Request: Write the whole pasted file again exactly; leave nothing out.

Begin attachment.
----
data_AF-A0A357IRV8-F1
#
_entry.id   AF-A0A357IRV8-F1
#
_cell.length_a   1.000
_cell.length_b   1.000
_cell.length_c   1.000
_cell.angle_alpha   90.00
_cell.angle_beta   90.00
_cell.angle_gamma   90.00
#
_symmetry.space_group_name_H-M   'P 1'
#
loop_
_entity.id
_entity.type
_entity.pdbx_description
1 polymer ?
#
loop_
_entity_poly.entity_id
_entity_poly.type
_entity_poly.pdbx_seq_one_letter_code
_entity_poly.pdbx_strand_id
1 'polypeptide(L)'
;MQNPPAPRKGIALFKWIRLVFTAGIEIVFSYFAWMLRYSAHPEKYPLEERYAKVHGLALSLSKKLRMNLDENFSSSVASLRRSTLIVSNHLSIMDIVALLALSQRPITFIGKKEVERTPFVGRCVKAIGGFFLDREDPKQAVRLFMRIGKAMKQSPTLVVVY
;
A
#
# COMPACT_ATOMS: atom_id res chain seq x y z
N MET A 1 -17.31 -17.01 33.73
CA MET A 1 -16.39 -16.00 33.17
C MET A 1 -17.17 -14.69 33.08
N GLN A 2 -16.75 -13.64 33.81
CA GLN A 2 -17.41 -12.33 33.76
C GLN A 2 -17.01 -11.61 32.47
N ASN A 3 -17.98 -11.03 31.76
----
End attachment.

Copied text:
data_AF-A0A357IRV8-F1
#
_entry.id   AF-A0A357IRV8-F1
#
_cell.length_a   1.000
_cell.length_b   1.000
_cell.length_c   1.000
_cell.angle_alpha   90.00
_cell.angle_beta   90.00
_cell.angle_gamma   90.00
#
_symmetry.space_group_name_H-M   'P 1'
#
loop_
_entity.id
_entity.type
_entity.pdbx_description
1 polymer ?
#
loop_
_entity_poly.entity_id
_entity_poly.type
_entity_poly.pdbx_seq_one_letter_code
_entity_poly.pdbx_strand_id
1 'polypeptide(L)'
;MQNPPAPRKGIALFKWIRLVFTAGIEIVFSYFAWMLRYSAHPEKYPLEERYAKVHGLALSLSKKLRMNLDENFSSSVASLRRSTLIVSNHLSIMDIVALLALSQRPITFIGKKEVERTPFVGRCVKAIGGFFLDREDPKQAVRLFMRIGKAMKQSPTLVVVY
;
A
#
# COMPACT_ATOMS: atom_id res chain seq x y z
N MET A 1 -17.31 -17.01 33.73
CA MET A 1 -16.39 -16.00 33.17
C MET A 1 -17.17 -14.69 33.08
N GLN A 2 -16.75 -13.64 33.81
CA GLN A 2 -17.41 -12.33 33.76
C GLN A 2 -17.01 -11.61 32.47
N ASN A 3 -17.98 -11.03 31.76